Readers of The Mercury are encouraged to join the newspaper in an incredible journey as it explores the human body with a special 12-part magazine series that begins in The Sunday Tasmanian this Sunday, 30 March. Over the next few weeks, readers will be able to collect the 16-page color magazines in the Human Body series. Titles in the series are:
On Wednesday, March 26, the Learning feature opens the series with a look at childbirth. Then on March 27, Learning will publish a special two-page, colour feature titled Life Begins, introducing the start of the special magazine series. Other special features will be published in The Mercury between now and April 7.
In ancient times children were born at home with the help of midwives, then wrapped tightly in bandages known as swaddling clothes, sometimes given to people other than their mother to be breastfed, with only a 50 per cent chance of surviving past their first birthday.
Medical science intervened with some failures but some amazing successes, with the result that most women now give birth in hospitals or have a trained medical professional present at the birth. But many women are choosing to give birth at home, bringing the history of childbirth full circle in all but the fatality rate. Who knows what trends will follow in the future.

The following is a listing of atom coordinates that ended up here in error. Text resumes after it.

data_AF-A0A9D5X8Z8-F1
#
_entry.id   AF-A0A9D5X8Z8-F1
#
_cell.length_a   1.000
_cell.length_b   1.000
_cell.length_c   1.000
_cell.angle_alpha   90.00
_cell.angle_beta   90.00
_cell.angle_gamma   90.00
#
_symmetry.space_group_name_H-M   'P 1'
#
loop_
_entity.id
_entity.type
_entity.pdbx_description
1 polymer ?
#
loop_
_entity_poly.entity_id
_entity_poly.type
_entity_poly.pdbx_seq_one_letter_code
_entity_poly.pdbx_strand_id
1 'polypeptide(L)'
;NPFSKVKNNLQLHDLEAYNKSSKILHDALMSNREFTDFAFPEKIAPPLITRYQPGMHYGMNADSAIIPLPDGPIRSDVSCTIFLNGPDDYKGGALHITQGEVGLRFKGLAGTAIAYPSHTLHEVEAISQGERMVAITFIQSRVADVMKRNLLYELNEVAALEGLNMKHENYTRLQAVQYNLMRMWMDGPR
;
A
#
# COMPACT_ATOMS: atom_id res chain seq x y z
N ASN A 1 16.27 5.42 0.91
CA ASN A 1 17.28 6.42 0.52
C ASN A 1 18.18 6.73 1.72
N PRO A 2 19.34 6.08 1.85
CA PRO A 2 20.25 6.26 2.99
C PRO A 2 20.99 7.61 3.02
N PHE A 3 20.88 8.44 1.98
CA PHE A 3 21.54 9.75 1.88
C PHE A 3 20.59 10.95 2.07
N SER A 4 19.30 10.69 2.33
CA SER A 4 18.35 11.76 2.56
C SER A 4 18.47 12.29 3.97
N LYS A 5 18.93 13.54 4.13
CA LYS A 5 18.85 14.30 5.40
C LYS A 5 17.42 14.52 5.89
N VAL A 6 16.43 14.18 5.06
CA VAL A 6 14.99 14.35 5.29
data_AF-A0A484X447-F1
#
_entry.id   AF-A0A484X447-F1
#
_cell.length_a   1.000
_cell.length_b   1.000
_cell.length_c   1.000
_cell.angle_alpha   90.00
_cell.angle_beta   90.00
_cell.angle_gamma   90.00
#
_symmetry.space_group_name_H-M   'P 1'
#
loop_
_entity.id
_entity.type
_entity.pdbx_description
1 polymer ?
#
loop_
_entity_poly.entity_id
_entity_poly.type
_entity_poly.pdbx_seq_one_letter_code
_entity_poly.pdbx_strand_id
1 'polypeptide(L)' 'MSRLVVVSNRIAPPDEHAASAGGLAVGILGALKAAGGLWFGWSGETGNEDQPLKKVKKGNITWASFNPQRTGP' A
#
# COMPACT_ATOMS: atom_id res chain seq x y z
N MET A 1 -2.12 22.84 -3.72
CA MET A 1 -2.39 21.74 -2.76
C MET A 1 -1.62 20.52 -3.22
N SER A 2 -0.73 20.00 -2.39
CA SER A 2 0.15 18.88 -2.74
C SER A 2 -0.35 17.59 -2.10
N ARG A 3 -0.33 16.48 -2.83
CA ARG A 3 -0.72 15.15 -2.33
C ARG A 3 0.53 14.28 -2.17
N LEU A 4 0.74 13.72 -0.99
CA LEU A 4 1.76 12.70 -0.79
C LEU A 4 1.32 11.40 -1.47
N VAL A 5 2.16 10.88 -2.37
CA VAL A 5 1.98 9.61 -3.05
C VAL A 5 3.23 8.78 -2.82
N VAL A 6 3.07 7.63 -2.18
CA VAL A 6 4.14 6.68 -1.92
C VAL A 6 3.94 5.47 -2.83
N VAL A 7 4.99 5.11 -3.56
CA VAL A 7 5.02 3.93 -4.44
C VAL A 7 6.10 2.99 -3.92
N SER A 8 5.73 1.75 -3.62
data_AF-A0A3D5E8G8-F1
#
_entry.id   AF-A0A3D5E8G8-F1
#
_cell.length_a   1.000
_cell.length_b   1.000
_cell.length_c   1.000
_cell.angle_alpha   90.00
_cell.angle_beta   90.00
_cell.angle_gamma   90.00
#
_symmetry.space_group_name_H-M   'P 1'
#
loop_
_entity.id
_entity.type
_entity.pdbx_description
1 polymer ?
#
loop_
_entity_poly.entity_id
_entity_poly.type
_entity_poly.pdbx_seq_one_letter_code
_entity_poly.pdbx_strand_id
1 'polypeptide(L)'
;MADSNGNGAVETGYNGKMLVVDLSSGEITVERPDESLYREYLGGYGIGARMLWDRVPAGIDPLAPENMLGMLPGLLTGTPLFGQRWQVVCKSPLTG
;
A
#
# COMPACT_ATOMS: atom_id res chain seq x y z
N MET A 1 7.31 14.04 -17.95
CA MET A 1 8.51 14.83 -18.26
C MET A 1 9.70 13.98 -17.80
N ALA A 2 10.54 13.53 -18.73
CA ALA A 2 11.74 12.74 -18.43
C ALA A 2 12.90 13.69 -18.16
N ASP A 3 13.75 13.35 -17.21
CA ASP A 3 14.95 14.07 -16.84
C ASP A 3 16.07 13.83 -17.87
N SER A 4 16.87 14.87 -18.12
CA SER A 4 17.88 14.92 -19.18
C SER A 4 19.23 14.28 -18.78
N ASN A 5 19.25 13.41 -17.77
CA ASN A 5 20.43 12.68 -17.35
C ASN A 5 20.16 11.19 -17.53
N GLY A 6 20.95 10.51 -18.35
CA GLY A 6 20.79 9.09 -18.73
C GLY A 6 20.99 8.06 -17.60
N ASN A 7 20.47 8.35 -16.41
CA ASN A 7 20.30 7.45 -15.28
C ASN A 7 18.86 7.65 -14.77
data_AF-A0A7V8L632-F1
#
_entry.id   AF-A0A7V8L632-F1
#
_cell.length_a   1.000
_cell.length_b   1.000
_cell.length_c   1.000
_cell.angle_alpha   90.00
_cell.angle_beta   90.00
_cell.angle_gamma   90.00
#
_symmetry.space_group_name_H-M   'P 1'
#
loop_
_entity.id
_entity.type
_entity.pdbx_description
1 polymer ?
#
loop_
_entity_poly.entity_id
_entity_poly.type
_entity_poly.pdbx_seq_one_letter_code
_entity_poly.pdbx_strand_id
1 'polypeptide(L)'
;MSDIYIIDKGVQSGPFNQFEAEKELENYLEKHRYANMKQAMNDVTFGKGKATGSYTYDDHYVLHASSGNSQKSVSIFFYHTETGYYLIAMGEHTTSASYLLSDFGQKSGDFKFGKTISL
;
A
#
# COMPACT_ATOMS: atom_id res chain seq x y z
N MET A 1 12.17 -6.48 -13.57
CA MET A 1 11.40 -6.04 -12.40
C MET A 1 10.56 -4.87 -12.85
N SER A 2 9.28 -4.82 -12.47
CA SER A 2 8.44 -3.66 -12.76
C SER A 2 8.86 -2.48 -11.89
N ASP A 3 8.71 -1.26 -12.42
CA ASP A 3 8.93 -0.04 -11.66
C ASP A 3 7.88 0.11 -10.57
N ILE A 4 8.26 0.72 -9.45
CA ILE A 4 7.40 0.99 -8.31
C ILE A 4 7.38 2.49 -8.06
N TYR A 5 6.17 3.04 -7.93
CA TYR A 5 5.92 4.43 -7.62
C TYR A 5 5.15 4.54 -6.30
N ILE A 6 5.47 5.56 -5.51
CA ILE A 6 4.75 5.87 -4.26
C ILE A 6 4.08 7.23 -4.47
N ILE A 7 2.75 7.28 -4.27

Kill or Cure.
Some important dates in the history of childbirth.
Dying to have a baby - The History of Childbirth
Written by a Dr. Ian Carr this is an in depth analysis of some of the major problems with childbirth that were overcome by medical science.
A comprehensive look at medicine, including childbirth, throughout the centuries. (Cambridge University Press)
A homeless waif named Brat roams the villages of 14th-century England, sleeping in dung heaps and begging for scraps. But then Brat meets Jane the midwife, the lady with the starched wimple who needs a helper. Brat becomes the midwife's apprentice, a person with a name and a place in the world. (Macmillan Children's Books)
A fun look at some of the medical and technological breakthroughs that are happening today with some predictions of what might happen in the near future, including growing foetuses outside a woman's body, and genetically engineering the perfect children. (Hodder Headline Australia)
Traces the story of medicine in the West from Ancient Greece to the present day. A team of distinguished medical historians describes the great landmarks of medical advancement and set them in their social and historical context. (Oxford University Press)